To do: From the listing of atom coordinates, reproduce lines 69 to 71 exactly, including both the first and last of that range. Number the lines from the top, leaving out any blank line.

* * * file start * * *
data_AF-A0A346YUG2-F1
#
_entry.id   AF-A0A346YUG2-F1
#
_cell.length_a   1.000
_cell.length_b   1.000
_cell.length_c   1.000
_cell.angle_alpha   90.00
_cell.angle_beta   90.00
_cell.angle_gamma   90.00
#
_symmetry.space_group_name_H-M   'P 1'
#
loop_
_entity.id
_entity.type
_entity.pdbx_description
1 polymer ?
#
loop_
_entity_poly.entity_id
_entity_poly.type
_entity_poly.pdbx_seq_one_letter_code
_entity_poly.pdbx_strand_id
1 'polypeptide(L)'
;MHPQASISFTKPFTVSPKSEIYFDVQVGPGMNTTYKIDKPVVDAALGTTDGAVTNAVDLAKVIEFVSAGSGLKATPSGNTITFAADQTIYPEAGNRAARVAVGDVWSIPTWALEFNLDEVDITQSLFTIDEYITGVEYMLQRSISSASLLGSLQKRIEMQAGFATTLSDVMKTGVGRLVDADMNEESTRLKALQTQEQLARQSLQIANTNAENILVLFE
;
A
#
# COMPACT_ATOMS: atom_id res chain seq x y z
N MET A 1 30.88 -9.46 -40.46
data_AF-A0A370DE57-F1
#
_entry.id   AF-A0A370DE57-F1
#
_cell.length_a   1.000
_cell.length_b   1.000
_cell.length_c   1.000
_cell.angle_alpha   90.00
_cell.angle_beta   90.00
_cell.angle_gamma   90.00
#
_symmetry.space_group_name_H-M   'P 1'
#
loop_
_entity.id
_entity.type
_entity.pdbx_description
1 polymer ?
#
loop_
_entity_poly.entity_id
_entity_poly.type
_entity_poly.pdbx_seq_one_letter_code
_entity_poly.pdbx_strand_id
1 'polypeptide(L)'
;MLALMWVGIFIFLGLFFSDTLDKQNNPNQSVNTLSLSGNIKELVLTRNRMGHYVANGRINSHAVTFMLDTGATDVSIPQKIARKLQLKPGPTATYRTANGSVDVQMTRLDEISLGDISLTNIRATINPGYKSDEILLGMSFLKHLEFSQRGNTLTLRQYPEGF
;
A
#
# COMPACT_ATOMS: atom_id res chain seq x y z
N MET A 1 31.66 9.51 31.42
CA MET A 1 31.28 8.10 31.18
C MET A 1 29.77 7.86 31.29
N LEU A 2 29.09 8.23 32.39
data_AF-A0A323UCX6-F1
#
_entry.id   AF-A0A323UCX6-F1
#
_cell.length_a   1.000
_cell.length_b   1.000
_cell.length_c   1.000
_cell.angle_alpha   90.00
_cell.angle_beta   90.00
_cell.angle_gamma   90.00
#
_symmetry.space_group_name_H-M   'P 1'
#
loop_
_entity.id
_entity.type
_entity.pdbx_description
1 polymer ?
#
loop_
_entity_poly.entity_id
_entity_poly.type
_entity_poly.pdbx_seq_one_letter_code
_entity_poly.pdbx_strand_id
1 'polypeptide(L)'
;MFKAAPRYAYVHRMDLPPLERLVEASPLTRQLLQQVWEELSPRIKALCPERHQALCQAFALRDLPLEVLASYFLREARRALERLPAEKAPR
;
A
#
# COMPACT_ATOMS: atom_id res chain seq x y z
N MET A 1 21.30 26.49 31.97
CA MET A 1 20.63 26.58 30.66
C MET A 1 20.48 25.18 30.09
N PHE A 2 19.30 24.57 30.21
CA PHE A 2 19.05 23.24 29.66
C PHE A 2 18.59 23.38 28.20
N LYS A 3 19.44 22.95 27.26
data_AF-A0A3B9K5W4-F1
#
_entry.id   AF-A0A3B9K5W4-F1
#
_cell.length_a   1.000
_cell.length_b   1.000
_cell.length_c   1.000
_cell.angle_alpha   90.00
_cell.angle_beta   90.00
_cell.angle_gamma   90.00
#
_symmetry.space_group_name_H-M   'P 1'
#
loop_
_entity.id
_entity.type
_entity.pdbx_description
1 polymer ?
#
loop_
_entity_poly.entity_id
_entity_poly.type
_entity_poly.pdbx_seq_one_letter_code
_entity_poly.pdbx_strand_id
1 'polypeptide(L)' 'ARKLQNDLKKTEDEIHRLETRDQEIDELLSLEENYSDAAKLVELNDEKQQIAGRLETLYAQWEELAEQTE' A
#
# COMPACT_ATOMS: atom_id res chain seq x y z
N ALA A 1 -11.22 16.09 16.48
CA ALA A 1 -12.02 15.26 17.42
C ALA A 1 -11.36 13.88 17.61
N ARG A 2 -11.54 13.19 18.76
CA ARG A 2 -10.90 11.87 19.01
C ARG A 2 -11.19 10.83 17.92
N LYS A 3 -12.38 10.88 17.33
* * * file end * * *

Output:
#
_cell.length_a   1.000
_cell.length_b   1.000